20 Unputdownable Judicial Pronouncements Of Hon. Justice Olabode Phodes-Vivour J.S.C (Rtd)

This compilation is purposely to celebrate the retirement of a rare and distinguished Nigerian jurist; Hon. Justice Olabode Rhodes-Vivour J.S.C [rtd] in my own token way.
Judicial officers, lawyers, law students, and even non-lawyers will definitely find these pronouncements useful.
Courtesy: Moruff O. Balogun, Esq.
1. ADERONPE V. ELERAN [2019]4 NWLR PT. 1661 Page 163.

On the attitudes of government officials.

“ This appeal brings into focus how high government officials who are expected to be fair to all persons instead act as they like, or on their whim and fancies. Such conduct makes the reasonable man have a bad impression of the workings of government”.

  1. A. G., CROSS RIVER STATE V. F.R.N [2019] 10 NWLR PT. 1681 Pages 406,446 and 447.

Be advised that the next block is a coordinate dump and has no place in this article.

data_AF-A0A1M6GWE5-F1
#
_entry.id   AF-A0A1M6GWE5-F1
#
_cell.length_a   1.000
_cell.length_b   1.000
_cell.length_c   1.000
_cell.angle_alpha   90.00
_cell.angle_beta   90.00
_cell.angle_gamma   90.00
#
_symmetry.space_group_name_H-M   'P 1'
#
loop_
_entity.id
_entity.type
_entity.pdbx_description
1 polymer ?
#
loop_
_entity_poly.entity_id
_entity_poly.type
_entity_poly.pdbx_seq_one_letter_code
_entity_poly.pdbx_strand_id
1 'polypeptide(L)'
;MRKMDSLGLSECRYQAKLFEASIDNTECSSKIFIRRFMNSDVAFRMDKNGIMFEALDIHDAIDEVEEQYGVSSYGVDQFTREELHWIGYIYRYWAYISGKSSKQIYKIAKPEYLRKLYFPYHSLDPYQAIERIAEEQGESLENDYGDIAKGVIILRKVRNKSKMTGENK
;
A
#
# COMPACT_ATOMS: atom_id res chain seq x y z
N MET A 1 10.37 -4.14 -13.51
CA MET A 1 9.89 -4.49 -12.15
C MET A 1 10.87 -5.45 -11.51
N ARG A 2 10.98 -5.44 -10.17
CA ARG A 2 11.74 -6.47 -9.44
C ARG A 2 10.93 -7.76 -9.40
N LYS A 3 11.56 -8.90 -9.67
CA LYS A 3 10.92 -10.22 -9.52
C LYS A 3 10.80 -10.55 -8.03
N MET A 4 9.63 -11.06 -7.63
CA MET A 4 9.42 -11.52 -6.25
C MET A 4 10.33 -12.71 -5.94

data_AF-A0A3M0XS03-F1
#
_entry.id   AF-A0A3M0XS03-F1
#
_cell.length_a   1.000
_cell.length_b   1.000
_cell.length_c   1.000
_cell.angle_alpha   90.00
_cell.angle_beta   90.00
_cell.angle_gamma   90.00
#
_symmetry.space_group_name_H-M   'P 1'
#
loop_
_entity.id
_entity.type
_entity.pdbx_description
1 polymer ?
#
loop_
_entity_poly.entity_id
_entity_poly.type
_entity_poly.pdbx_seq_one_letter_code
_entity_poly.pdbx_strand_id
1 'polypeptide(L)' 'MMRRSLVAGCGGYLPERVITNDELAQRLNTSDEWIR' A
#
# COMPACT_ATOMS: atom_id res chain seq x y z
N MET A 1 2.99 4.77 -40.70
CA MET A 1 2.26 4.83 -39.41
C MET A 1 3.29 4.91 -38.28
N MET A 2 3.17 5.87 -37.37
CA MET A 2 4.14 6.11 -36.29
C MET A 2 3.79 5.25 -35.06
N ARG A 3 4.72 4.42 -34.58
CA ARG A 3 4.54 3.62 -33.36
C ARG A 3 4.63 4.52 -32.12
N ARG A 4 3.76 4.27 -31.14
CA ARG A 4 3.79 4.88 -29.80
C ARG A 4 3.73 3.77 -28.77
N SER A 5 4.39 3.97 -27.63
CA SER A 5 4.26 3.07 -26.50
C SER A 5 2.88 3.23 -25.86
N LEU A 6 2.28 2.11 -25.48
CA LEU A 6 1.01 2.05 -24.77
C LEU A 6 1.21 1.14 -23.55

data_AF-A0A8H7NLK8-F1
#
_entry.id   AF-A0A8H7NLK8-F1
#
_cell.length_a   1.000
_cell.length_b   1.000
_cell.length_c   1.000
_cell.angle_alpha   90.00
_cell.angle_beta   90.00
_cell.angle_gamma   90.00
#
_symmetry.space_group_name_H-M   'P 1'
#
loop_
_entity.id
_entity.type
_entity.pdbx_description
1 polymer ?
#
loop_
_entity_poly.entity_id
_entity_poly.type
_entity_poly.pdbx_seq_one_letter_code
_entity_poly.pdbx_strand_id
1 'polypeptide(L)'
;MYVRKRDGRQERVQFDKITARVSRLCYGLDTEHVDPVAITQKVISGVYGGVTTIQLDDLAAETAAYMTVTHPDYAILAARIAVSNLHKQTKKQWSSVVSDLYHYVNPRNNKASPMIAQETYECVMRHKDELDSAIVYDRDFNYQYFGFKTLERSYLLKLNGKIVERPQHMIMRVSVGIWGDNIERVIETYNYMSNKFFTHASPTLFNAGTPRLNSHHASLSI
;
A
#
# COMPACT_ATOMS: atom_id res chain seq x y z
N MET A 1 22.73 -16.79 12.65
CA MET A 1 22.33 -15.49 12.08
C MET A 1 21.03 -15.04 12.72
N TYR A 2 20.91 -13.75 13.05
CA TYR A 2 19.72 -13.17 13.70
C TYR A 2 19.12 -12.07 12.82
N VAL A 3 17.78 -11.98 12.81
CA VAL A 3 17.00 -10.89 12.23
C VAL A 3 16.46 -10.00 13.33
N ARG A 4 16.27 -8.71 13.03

On locus standi of A.G., CROSS RIVER STATE in a case instituted on behalf of Hon. Justice Onnoghen C.J.N [Rtd].

Summary of facts: On 11th January 2019, the Code of Conduct Bureau filed a six counts charge relating to non-disclosure of assets against Honourable Justice Walter Samuel Nkanu Onnoghen, the Chief Justice of Nigeria, at the Code of Conduct Tribunal. Subsequently, and relying on an ex-parte order of the Code of Conduct Tribunal, the President of the Federal Republic of Nigeria suspended Honourable Justice Walter Samuel Nkanu Onnoghen as the Chief Justice of Nigeria.

CROSS RIVER STATE, whose Indigene Honourable Justice Watter Samuel Nkanu Onnoghen is, believed that the charges filed by the Code of Conduct Bureau against Honourable Justice Walter Samuel Nkanu Onnoghen and his suspension from office by the President were in breach of the principles of separation of power in the constitution of the Federal Republic of Nigeria,1999 [as amended].
Consequently, the Attorney general of Cross River State, as plaintiff on behalf of the Government of Cross River, commenced a suit against the Federal Republic of Nigeria and the Attorney General of the Federation at the Supreme Court by means of an originating summons under section 232 of the 1999 constitution.

PER RHODE-VIVOUR J.S.C [rtd] stated: